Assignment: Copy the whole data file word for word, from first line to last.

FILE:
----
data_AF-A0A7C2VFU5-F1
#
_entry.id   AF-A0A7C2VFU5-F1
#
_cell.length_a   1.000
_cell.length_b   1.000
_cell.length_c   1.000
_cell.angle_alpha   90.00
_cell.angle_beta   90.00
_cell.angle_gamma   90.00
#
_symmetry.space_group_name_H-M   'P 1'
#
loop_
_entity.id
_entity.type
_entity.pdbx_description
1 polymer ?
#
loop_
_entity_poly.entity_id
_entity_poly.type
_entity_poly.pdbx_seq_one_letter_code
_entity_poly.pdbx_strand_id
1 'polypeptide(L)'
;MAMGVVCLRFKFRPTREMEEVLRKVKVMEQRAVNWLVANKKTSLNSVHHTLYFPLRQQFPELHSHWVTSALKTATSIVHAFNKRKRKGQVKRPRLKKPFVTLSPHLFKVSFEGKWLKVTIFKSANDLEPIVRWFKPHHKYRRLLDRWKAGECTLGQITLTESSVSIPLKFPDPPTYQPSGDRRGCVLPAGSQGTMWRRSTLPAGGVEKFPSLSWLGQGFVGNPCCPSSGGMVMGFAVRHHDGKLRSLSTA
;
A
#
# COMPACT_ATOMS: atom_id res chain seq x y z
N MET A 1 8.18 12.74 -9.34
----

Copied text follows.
data_AF-A0A7C2VFU5-F1
#
_entry.id   AF-A0A7C2VFU5-F1
#
_cell.length_a   1.000
_cell.length_b   1.000
_cell.length_c   1.000
_cell.angle_alpha   90.00
_cell.angle_beta   90.00
_cell.angle_gamma   90.00
#
_symmetry.space_group_name_H-M   'P 1'
#
loop_
_entity.id
_entity.type
_entity.pdbx_description
1 polymer ?
#
loop_
_entity_poly.entity_id
_entity_poly.type
_entity_poly.pdbx_seq_one_letter_code
_entity_poly.pdbx_strand_id
1 'polypeptide(L)'
;MAMGVVCLRFKFRPTREMEEVLRKVKVMEQRAVNWLVANKKTSLNSVHHTLYFPLRQQFPELHSHWVTSALKTATSIVHAFNKRKRKGQVKRPRLKKPFVTLSPHLFKVSFEGKWLKVTIFKSANDLEPIVRWFKPHHKYRRLLDRWKAGECTLGQITLTESSVSIPLKFPDPPTYQPSGDRRGCVLPAGSQGTMWRRSTLPAGGVEKFPSLSWLGQGFVGNPCCPSSGGMVMGFAVRHHDGKLRSLSTA
;
A
#
# COMPACT_ATOMS: atom_id res chain seq x y z
N MET A 1 8.18 12.74 -9.34